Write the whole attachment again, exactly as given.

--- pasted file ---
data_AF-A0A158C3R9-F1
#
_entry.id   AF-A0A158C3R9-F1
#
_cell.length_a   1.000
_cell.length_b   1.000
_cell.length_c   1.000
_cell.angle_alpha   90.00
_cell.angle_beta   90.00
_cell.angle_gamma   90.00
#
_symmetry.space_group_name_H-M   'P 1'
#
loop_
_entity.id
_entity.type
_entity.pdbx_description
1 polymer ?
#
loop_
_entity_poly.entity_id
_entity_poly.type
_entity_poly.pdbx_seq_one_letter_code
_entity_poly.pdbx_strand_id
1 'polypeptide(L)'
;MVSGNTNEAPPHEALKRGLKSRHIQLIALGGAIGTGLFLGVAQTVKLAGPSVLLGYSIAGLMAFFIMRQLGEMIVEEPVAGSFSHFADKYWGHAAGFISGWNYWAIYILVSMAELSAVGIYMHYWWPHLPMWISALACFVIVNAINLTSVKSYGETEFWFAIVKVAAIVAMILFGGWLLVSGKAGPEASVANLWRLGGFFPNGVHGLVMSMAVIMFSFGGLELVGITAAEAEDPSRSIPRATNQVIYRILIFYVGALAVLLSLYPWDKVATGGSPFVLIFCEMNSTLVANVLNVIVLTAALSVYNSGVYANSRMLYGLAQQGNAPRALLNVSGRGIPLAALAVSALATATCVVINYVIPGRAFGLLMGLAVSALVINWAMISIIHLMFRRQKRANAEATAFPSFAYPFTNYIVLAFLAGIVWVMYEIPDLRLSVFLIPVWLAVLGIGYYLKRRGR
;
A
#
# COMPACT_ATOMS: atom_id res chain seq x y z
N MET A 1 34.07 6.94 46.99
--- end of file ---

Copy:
data_AF-A0A158C3R9-F1
#
_entry.id   AF-A0A158C3R9-F1
#
_cell.length_a   1.000
_cell.length_b   1.000
_cell.length_c   1.000
_cell.angle_alpha   90.00
_cell.angle_beta   90.00
_cell.angle_gamma   90.00
#
_symmetry.space_group_name_H-M   'P 1'
#
loop_
_entity.id
_entity.type
_entity.pdbx_description
1 polymer ?
#
loop_
_entity_poly.entity_id
_entity_poly.type
_entity_poly.pdbx_seq_one_letter_code
_entity_poly.pdbx_strand_id
1 'polypeptide(L)'
;MVSGNTNEAPPHEALKRGLKSRHIQLIALGGAIGTGLFLGVAQTVKLAGPSVLLGYSIAGLMAFFIMRQLGEMIVEEPVAGSFSHFADKYWGHAAGFISGWNYWAIYILVSMAELSAVGIYMHYWWPHLPMWISALACFVIVNAINLTSVKSYGETEFWFAIVKVAAIVAMILFGGWLLVSGKAGPEASVANLWRLGGFFPNGVHGLVMSMAVIMFSFGGLELVGITAAEAEDPSRSIPRATNQVIYRILIFYVGALAVLLSLYPWDKVATGGSPFVLIFCEMNSTLVANVLNVIVLTAALSVYNSGVYANSRMLYGLAQQGNAPRALLNVSGRGIPLAALAVSALATATCVVINYVIPGRAFGLLMGLAVSALVINWAMISIIHLMFRRQKRANAEATAFPSFAYPFTNYIVLAFLAGIVWVMYEIPDLRLSVFLIPVWLAVLGIGYYLKRRGR
;
A
#
# COMPACT_ATOMS: atom_id res chain seq x y z
N MET A 1 34.07 6.94 46.99